The education is compoundable as well. Having learned about black sand during a trip last August helped them make connections with what they were seeing the following May. Learning the Declaration of Texas Independence was being discussed and written during the siege at the Alamo, which they visited in January, helped them understand the climate and desperation of the times.

They are 4 and 6. As they get older, the observations should increase and the breadth of their knowledge will grow. We absolutely supplement our travels with more traditional book learning at home. They are also in a lot of enrichment classes and Luke still attends church preschool. But I have a feeling when we look back at these years, we’ll all feel the greatest education they received were in the midst of travel.

Saguaro National Park

Sense of scale is hard to learn from a book.

  1. Jessica 14 May, 2013

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  2. Jessica 14 May, 2013

    Great post! It looks like you learned some great things in the most amazing way possible.

  3. andahuff 17 May, 2013

    So do you plan to homeschool/unschool as they get into highschool? I think it is interesting that you say you had an inaedquate education but you are headed down this path.

    • Amy Moore 17 May, 2013

      It is not my intention to homeschool in high school – but I guess never say never 🙂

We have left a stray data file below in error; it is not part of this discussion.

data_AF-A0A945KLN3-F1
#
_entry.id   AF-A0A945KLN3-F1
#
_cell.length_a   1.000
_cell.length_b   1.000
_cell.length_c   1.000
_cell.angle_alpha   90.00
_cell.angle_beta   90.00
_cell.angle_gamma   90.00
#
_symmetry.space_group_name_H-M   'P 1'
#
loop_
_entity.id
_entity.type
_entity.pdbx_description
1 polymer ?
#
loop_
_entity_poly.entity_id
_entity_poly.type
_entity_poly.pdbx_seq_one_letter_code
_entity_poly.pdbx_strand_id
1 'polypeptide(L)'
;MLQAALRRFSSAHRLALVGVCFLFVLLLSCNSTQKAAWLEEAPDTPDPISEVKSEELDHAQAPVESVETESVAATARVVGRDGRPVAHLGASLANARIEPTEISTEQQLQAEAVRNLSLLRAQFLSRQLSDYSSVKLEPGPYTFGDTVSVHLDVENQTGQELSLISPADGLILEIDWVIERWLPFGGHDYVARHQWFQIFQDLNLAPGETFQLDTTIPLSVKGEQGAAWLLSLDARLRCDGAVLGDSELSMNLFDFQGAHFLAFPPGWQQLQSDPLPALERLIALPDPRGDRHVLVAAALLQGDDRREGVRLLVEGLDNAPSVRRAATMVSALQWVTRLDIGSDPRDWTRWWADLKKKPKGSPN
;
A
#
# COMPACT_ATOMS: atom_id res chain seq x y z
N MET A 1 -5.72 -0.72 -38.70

I was homeschooled through “do it yourself” workbooks with massive flaws in their teaching. Some of the science taught was completely wrong. Evolution was not talked about as a theory, it was disproven on their pages. History was pretty much Baptist history. Math was a horror. I don’t get it easily, yet I was supposed to figure it out on my own. Spanish was learned from a cassette tape. Fine arts were nonexistent.

      My daughter is in homeschool gymnastics, drama, music, art, and karate through enrichment classes. She is in youth sports through the community. She plays outside almost daily with the neighborhood kids. Except for her reading, we do learning as a family in a fun way. She does a few workbook type activities, but she is definitely not sitting in her room by herself working on her own and SOL if she had a problem like I was. And we travel.

      I’m just taking year by year right now.

  4. Yve Chairez 17 May, 2013

    Thought-provoking post. My daughter is only 3 but my husband I think she has learned so much from our travels and adventures, and seems more aware and more observant than her peers. She’ll be going to public school (I’ll soon be a public school teacher in fashion and humanities) but I think her education definitely needs to be supplemented by traveling. You’ve made a pretty strong argument for homeschooling, though!

  5. Jolanta 5 October, 2014

    What a great post! Our kids have been in public schools so far, but we didn’t hesitate to take them out of school to travel. Just like your kids, mine learned a lot more in the days at SeaWorld, visiting the Alhambra, or Stonehenge, than they would had they been in school those days. On another hand, the topics they discuss in school fuel their desire to see certain places. For instance, my son wanted to see Stonehenge ever since he learned about it in second grade. We can’t go to all the places they learn about, but we’ll do our best.